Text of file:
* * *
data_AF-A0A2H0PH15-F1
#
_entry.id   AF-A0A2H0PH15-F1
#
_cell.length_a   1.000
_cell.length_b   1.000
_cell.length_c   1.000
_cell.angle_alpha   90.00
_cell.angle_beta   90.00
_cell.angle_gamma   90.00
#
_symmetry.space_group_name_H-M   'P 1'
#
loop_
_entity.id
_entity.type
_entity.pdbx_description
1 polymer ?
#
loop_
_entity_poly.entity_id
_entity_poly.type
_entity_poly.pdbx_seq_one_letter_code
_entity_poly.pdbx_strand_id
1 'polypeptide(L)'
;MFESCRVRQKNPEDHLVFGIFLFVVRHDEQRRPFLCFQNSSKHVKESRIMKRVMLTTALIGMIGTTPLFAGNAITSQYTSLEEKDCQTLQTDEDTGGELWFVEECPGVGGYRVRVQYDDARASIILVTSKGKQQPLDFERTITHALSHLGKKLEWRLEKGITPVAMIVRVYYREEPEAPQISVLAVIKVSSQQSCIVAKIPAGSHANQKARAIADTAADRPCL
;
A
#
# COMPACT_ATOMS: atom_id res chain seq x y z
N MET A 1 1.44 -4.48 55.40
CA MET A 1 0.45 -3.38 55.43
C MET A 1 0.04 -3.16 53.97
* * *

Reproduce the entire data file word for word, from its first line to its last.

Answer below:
data_AF-A0A2H0PH15-F1
#
_entry.id   AF-A0A2H0PH15-F1
#
_cell.length_a   1.000
_cell.length_b   1.000
_cell.length_c   1.000
_cell.angle_alpha   90.00
_cell.angle_beta   90.00
_cell.angle_gamma   90.00
#
_symmetry.space_group_name_H-M   'P 1'
#
loop_
_entity.id
_entity.type
_entity.pdbx_description
1 polymer ?
#
loop_
_entity_poly.entity_id
_entity_poly.type
_entity_poly.pdbx_seq_one_letter_code
_entity_poly.pdbx_strand_id
1 'polypeptide(L)'
;MFESCRVRQKNPEDHLVFGIFLFVVRHDEQRRPFLCFQNSSKHVKESRIMKRVMLTTALIGMIGTTPLFAGNAITSQYTSLEEKDCQTLQTDEDTGGELWFVEECPGVGGYRVRVQYDDARASIILVTSKGKQQPLDFERTITHALSHLGKKLEWRLEKGITPVAMIVRVYYREEPEAPQISVLAVIKVSSQQSCIVAKIPAGSHANQKARAIADTAADRPCL
;
A
#
# COMPACT_ATOMS: atom_id res chain seq x y z
N MET A 1 1.44 -4.48 55.40
CA MET A 1 0.45 -3.38 55.43
C MET A 1 0.04 -3.16 53.97